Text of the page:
The Realities of Missing White Woman Syndrome | Opinion

When Gabby Petito's disappearance was first reported, every social media app became flooded with coverage. Everyday people became detectives, uploading videos with theories on her disappearance. The internet quickly rallied over a character too easy to define—"the perfect victim."

Young, thin, attractive white women are victims that unite the public. Within femininity, women are constantly taught to watch their surroundings. Through pepper spray, pocket knives, sharing smartphone locations and locking every door—womanhood encompasses living in fear, fear that is not created equally.

It's important to note that all victims, white or not, deserve the same media coverage and concern. As others have said, we can all mourn the loss of Petito and still be frustrated at the way the country engulfed itself in her narrative while hundreds, if not thousands, of women of color in similar situations wait for recognition.

Because Petito was a young white woman, her case was pushed to the front of the news cycle. It contained everything true crime enthusiasts and the American public wanted to solve. The so-called missing white woman syndrome—highlighting missing or endangered white women like Petitio, Laci Peterson, Natalee Holloway, Mollie Tibbetts and Jayme Closs—prioritizes white victims at the expense of missing Black, Indigenous, people of color (BIPOC).

Who determines who gets justice? The public. There are some cases we favor and others we gloss over. Petito's case is part of the sensationalism of true crime.

Indigenous people make up 2 percent of the U.S. population, yet Indigenous women and girls are murdered at 10 times the rate of other ethnicities. For them, murder is the third leading cause of death.

Groups like the Murdered and Missing Indigenous Women movement are trying to change the status quo by advocating for the end of violence against Indigenous women. #NoMoreStolenSisters is a hashtag used to spread awareness of the increasing number of missing and murdered Indigenous women.

In Wyoming, where Petito's body was found, 710 Indigenous people were reported missing between 2011 and September 2020. Eighty-five percent were under 18-years-old, and 57 percent were women or girls. Only 30 percent of Indigenous homicide victims had newspaper coverage, compared to 51 percent of white homicide victims. Indigenous female victims still received the least amount of coverage at 18 percent.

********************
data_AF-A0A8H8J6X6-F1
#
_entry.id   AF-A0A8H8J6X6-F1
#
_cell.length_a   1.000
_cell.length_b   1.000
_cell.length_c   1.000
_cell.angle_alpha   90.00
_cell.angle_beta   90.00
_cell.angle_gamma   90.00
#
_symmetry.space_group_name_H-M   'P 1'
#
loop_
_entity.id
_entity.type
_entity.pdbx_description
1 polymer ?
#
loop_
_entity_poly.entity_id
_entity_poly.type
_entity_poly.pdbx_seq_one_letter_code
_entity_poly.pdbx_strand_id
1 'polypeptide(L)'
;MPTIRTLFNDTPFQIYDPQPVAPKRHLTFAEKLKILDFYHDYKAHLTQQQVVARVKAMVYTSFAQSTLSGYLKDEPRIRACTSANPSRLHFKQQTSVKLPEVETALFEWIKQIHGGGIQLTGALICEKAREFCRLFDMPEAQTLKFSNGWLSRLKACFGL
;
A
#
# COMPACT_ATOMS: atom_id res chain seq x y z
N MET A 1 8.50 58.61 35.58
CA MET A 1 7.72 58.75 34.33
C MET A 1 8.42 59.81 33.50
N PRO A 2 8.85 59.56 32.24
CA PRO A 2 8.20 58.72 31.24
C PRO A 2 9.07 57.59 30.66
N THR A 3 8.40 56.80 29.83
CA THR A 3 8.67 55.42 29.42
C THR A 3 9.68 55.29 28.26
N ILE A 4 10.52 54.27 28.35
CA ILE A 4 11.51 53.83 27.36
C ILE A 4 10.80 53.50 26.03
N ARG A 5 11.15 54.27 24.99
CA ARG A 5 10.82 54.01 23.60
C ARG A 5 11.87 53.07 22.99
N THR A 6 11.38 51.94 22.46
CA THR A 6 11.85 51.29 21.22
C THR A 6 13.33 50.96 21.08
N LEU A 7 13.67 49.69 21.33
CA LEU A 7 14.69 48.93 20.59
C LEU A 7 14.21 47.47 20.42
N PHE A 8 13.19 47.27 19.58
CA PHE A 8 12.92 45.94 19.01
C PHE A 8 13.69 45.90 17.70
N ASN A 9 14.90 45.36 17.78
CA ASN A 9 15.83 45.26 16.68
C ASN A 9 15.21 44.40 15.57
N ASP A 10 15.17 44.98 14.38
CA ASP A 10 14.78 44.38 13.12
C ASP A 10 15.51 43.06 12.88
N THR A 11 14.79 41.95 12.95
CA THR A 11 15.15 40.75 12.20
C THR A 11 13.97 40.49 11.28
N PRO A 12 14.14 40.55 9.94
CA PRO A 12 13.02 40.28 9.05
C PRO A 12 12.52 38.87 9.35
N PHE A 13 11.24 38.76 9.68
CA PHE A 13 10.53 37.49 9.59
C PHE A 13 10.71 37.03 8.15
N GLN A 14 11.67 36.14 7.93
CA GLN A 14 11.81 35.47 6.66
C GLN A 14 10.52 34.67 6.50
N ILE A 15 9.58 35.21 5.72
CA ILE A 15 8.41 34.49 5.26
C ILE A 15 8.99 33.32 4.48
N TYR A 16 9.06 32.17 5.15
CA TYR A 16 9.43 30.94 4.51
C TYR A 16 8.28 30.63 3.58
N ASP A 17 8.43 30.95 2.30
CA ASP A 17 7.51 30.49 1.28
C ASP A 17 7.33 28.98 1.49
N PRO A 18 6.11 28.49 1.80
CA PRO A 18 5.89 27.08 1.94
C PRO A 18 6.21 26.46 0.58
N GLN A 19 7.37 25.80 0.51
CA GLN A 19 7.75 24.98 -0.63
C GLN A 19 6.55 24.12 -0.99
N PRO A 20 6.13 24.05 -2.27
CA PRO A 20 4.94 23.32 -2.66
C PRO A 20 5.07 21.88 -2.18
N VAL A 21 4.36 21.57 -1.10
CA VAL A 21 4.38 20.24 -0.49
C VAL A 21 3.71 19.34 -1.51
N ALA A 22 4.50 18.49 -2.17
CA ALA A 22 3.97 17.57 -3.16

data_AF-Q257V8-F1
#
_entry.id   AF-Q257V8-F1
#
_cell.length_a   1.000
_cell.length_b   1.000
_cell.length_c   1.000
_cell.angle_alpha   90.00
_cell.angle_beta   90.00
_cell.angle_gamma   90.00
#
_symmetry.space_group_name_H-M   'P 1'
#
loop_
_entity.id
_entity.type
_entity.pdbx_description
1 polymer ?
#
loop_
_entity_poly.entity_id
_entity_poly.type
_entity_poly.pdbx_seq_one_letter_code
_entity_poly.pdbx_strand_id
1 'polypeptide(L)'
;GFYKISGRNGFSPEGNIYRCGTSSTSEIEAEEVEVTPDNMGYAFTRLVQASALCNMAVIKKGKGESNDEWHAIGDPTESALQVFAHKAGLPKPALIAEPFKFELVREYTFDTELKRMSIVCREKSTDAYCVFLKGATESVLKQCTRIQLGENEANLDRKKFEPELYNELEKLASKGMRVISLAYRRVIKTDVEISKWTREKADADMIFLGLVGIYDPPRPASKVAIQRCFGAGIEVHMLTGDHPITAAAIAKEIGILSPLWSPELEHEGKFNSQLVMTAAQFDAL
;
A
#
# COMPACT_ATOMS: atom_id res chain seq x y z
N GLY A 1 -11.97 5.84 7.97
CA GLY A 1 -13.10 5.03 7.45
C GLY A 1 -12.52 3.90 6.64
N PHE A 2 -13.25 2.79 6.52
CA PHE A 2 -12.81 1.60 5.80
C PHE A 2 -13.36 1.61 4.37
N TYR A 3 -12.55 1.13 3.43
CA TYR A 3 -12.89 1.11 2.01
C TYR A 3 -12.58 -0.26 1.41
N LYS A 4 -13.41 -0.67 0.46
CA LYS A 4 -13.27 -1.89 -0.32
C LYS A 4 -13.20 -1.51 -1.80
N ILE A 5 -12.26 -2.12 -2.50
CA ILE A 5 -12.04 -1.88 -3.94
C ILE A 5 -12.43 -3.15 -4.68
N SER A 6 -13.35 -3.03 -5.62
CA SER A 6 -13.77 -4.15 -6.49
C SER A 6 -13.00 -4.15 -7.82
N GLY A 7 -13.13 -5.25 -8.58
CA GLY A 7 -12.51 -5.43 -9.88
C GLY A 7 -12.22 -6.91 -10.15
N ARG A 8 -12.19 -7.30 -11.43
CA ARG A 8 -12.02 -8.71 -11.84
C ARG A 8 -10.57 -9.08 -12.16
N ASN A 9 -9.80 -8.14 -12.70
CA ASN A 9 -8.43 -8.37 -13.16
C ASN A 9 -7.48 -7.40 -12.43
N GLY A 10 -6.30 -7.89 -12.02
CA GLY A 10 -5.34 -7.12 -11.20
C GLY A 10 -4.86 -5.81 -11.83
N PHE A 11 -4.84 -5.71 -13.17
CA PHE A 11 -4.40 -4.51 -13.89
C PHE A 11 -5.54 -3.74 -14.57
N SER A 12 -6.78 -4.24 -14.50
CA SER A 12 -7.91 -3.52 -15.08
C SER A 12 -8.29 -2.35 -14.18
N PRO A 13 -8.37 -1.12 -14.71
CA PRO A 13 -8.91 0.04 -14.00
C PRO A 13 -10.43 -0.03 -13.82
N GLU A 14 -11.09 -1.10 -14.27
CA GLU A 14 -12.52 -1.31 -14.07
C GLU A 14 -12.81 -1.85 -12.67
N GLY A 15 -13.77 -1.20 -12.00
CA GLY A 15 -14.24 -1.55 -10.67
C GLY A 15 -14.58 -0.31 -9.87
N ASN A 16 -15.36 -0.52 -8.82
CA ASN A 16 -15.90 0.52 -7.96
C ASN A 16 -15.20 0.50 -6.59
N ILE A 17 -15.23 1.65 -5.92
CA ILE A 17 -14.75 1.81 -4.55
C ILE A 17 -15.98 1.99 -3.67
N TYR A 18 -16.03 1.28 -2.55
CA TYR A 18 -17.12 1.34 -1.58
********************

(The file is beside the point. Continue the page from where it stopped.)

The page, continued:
A makeshift memorial dedicated to Gabby Petito
A makeshift memorial dedicated to Gabby Petito. Octavio Jones/Getty Images

Gabby Petitio immediately became a household name. That isn't the case for all missing women and girls, especially missing women of color in large cities who become cold-case statistics.

The Unforgotten 51 project by Roosevelt University highlights dozens of murdered and missing women in Chicago. Over the last two decades, at least 51 women in Chicago were brutally murdered. At least 75 percent of them were Black. It is believed that all murders were committed by one serial killer. All bodies were found either on Chicago's West or South Side and many of the victims had a history of drug use or sex work. It is no surprise that due to the geographic location of the murders and identities of the victims, all 51 cases remain unsolved homicides with zero arrests.

If the cases involved 51 white women, it would be national news, complete with nonstop coverage, hashtags, weekly protests, petitions and more. Because of false media representation and biased news coverage, Chicago is acceptably seen as a dangerous city, whereas the true danger is the crimes against women of color that are repeatedly ignored.

In 2020, 44 transgender and gender non-conforming people were killed in the U.S., the majority being Black and Latinx transgender women—2020 was also the deadliest year on record for trans people.

Data from Transrespect Versus Transphobia Worldwide (TvT) reported that at least 350 trans and non-binary people were murdered from October 2019 to September 2020 in 75 countries and territories. But 120 countries were not tracked, meaning the total number of murdered people is likely much higher. Ninety-eight percent of victims in the TvT report were trans women and 62 percent were sex workers.

What happened to Petitio is undoubtedly heinous. It represents a larger system of intimate partner violence that society deems acceptable and a type of masculinity that Brian Laundrie, Petito's boyfriend, possesses, which reminds us why women use the Find My feature on their phones and tell people, "No, it wasn't your fault. He shouldn't have done that."

Our society finds and protects the missing women and girls we want to, while others wait for us to recognize their worth.

Sam Stroozas is a gender and sexual health reporter in Chicago.

The views expressed in this article are the writer's own.